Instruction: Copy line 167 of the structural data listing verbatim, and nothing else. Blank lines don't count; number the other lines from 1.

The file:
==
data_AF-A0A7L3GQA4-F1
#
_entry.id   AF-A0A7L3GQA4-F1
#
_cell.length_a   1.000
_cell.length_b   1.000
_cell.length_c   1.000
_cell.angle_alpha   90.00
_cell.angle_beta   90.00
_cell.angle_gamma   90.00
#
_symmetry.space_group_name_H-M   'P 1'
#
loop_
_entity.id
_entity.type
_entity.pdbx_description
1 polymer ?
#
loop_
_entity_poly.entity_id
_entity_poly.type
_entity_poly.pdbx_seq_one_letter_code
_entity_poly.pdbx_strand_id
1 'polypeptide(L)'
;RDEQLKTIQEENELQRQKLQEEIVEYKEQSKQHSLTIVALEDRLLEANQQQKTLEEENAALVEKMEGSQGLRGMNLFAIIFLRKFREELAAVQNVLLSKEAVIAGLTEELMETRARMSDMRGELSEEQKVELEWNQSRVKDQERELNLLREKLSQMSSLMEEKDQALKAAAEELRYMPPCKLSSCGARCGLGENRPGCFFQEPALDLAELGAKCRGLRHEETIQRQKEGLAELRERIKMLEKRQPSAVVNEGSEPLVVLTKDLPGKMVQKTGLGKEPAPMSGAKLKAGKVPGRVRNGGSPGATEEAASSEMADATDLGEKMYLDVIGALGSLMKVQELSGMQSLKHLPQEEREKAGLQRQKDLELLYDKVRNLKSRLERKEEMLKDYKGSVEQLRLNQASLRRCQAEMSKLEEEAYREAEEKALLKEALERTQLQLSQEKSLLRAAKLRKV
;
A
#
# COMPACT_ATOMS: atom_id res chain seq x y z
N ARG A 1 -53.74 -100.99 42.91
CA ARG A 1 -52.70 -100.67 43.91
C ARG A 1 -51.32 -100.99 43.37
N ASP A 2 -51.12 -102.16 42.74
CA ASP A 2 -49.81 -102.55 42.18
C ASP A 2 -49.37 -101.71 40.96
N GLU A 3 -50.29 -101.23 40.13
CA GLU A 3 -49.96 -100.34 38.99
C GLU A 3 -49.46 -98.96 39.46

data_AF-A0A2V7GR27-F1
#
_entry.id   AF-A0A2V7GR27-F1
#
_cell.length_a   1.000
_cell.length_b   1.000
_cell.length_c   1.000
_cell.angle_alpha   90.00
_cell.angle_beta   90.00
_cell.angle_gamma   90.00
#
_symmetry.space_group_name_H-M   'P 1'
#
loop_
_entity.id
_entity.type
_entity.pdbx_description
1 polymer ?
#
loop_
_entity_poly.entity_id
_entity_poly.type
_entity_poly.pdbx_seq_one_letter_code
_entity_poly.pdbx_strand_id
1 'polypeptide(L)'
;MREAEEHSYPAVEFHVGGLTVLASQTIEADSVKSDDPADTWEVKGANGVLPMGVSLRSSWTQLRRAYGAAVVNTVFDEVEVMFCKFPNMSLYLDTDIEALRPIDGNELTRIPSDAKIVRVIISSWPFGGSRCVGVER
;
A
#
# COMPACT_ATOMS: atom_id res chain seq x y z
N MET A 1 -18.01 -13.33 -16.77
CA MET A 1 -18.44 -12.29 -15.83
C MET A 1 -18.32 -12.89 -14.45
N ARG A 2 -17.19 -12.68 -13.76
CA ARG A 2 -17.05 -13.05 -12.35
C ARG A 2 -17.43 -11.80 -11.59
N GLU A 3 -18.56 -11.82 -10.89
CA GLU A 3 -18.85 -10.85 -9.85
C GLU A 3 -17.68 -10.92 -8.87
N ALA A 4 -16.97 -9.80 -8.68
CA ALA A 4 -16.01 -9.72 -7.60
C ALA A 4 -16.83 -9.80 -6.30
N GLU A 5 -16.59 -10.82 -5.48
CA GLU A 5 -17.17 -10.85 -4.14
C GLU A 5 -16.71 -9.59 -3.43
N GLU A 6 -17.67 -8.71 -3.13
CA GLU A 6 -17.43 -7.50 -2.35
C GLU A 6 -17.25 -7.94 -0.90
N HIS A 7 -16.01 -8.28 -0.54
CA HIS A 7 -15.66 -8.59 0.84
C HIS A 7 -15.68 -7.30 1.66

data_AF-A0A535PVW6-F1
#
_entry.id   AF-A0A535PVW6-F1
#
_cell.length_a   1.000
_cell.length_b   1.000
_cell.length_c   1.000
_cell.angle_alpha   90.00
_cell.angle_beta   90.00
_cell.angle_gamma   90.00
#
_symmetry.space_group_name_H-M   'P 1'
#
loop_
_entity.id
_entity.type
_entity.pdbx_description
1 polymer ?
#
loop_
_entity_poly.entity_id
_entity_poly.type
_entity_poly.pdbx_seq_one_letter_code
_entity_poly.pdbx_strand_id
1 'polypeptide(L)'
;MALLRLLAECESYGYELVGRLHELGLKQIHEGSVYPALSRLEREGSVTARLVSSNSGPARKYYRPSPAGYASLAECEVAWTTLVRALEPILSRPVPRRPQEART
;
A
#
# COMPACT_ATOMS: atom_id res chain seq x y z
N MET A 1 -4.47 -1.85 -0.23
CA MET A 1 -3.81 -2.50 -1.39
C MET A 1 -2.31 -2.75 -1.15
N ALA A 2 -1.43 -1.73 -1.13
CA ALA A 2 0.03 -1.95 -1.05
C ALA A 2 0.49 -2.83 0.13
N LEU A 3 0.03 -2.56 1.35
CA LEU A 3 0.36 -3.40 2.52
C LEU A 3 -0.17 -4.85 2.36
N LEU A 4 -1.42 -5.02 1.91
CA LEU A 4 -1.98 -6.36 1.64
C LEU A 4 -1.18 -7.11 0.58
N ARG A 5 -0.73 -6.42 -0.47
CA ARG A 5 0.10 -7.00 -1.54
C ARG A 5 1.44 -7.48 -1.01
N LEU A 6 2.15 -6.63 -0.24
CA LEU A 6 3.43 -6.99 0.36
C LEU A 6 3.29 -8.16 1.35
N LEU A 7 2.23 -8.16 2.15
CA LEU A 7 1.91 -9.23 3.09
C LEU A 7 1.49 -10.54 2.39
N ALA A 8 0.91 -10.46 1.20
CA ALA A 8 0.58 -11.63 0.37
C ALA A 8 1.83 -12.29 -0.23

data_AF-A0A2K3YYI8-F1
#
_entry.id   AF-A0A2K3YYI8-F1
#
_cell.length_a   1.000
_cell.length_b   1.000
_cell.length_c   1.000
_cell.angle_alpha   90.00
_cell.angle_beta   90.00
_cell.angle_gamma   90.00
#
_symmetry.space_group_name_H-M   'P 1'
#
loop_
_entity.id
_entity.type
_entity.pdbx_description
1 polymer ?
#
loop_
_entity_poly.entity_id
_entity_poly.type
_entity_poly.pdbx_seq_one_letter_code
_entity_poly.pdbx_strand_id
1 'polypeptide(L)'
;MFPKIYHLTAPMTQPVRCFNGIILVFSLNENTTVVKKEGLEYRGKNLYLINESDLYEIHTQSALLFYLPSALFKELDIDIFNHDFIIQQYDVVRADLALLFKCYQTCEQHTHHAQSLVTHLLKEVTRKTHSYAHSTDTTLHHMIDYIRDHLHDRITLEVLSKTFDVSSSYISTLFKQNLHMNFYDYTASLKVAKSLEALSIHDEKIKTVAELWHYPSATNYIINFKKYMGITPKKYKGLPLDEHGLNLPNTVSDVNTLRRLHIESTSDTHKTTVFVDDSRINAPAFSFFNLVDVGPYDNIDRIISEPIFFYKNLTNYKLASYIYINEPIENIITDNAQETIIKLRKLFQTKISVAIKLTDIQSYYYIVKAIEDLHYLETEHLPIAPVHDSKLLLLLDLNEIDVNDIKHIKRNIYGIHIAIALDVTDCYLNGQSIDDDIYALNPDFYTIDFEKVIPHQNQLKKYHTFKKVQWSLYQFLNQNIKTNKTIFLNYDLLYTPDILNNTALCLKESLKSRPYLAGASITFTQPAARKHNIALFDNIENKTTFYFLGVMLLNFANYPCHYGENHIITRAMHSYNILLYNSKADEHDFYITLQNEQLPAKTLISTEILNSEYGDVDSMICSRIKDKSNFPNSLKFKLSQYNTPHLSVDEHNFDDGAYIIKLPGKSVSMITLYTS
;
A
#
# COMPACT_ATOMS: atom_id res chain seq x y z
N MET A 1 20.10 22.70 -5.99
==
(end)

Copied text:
_entity_poly.pdbx_seq_one_letter_code